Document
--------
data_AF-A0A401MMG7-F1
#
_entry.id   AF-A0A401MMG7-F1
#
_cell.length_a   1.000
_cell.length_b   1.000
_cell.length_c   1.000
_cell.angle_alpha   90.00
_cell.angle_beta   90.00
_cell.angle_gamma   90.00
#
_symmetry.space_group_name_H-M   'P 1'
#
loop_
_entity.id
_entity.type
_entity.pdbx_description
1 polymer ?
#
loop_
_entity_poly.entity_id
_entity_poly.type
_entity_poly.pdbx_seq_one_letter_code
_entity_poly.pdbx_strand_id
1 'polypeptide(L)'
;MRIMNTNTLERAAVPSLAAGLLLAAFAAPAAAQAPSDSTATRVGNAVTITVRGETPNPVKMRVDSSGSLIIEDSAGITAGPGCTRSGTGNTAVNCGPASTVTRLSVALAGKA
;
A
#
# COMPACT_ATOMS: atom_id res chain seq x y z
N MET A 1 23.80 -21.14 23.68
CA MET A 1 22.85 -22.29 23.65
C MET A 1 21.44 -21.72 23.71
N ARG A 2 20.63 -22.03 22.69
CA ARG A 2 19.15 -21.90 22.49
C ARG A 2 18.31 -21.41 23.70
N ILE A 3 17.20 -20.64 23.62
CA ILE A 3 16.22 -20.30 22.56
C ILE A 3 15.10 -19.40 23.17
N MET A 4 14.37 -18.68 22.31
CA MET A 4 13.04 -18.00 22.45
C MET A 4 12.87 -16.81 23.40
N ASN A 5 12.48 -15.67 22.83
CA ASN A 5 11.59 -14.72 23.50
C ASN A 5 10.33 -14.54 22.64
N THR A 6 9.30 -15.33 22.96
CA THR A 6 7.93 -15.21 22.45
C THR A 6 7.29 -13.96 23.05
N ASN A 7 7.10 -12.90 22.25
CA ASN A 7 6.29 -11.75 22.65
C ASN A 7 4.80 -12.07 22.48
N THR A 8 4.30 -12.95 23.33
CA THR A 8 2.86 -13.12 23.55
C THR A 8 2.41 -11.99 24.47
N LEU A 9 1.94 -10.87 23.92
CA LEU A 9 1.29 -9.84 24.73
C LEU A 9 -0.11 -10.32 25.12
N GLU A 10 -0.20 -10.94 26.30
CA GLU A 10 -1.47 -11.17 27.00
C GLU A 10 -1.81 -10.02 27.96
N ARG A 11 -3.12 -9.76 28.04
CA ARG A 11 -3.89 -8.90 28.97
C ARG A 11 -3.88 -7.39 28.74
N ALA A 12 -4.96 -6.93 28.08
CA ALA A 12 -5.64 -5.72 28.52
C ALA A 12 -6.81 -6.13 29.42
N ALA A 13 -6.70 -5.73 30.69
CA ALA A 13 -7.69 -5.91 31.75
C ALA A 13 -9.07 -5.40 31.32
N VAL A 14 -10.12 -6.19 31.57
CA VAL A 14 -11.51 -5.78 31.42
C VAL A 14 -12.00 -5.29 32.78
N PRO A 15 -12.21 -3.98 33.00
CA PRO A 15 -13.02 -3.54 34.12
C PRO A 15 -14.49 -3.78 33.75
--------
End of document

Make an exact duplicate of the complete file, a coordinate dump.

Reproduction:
data_AF-A0A401MMG7-F1
#
_entry.id   AF-A0A401MMG7-F1
#
_cell.length_a   1.000
_cell.length_b   1.000
_cell.length_c   1.000
_cell.angle_alpha   90.00
_cell.angle_beta   90.00
_cell.angle_gamma   90.00
#
_symmetry.space_group_name_H-M   'P 1'
#
loop_
_entity.id
_entity.type
_entity.pdbx_description
1 polymer ?
#
loop_
_entity_poly.entity_id
_entity_poly.type
_entity_poly.pdbx_seq_one_letter_code
_entity_poly.pdbx_strand_id
1 'polypeptide(L)'
;MRIMNTNTLERAAVPSLAAGLLLAAFAAPAAAQAPSDSTATRVGNAVTITVRGETPNPVKMRVDSSGSLIIEDSAGITAGPGCTRSGTGNTAVNCGPASTVTRLSVALAGKA
;
A
#
# COMPACT_ATOMS: atom_id res chain seq x y z
N MET A 1 23.80 -21.14 23.68
CA MET A 1 22.85 -22.29 23.65
C MET A 1 21.44 -21.72 23.71
N ARG A 2 20.63 -22.03 22.69
CA ARG A 2 19.15 -21.90 22.49
C ARG A 2 18.31 -21.41 23.70
N ILE A 3 17.20 -20.64 23.62
CA ILE A 3 16.22 -20.30 22.56
C ILE A 3 15.10 -19.40 23.17
N MET A 4 14.37 -18.68 22.31
CA MET A 4 13.04 -18.00 22.45
C MET A 4 12.87 -16.81 23.40
N ASN A 5 12.48 -15.67 22.83
CA ASN A 5 11.59 -14.72 23.50
C ASN A 5 10.33 -14.54 22.64
N THR A 6 9.30 -15.33 22.96
CA THR A 6 7.93 -15.21 22.45
C THR A 6 7.29 -13.96 23.05
N ASN A 7 7.10 -12.90 22.25
CA ASN A 7 6.29 -11.75 22.65
C ASN A 7 4.80 -12.07 22.48
N THR A 8 4.30 -12.95 23.33
CA THR A 8 2.86 -13.12 23.55
C THR A 8 2.41 -11.99 24.47
N LEU A 9 1.94 -10.87 23.92
CA LEU A 9 1.29 -9.84 24.73
C LEU A 9 -0.11 -10.32 25.12
N GLU A 10 -0.20 -10.94 26.30
CA GLU A 10 -1.47 -11.17 27.00
C GLU A 10 -1.81 -10.02 27.96
N ARG A 11 -3.12 -9.76 28.04
CA ARG A 11 -3.89 -8.90 28.97
C ARG A 11 -3.88 -7.39 28.74
N ALA A 12 -4.96 -6.93 28.08
CA ALA A 12 -5.64 -5.72 28.52
C ALA A 12 -6.81 -6.13 29.42
N ALA A 13 -6.70 -5.73 30.69
CA ALA A 13 -7.69 -5.91 31.75
C ALA A 13 -9.07 -5.40 31.32
N VAL A 14 -10.12 -6.19 31.57
CA VAL A 14 -11.51 -5.78 31.42
C VAL A 14 -12.00 -5.29 32.78
N PRO A 15 -12.21 -3.98 33.00
CA PRO A 15 -13.02 -3.54 34.12
C PRO A 15 -14.49 -3.78 33.75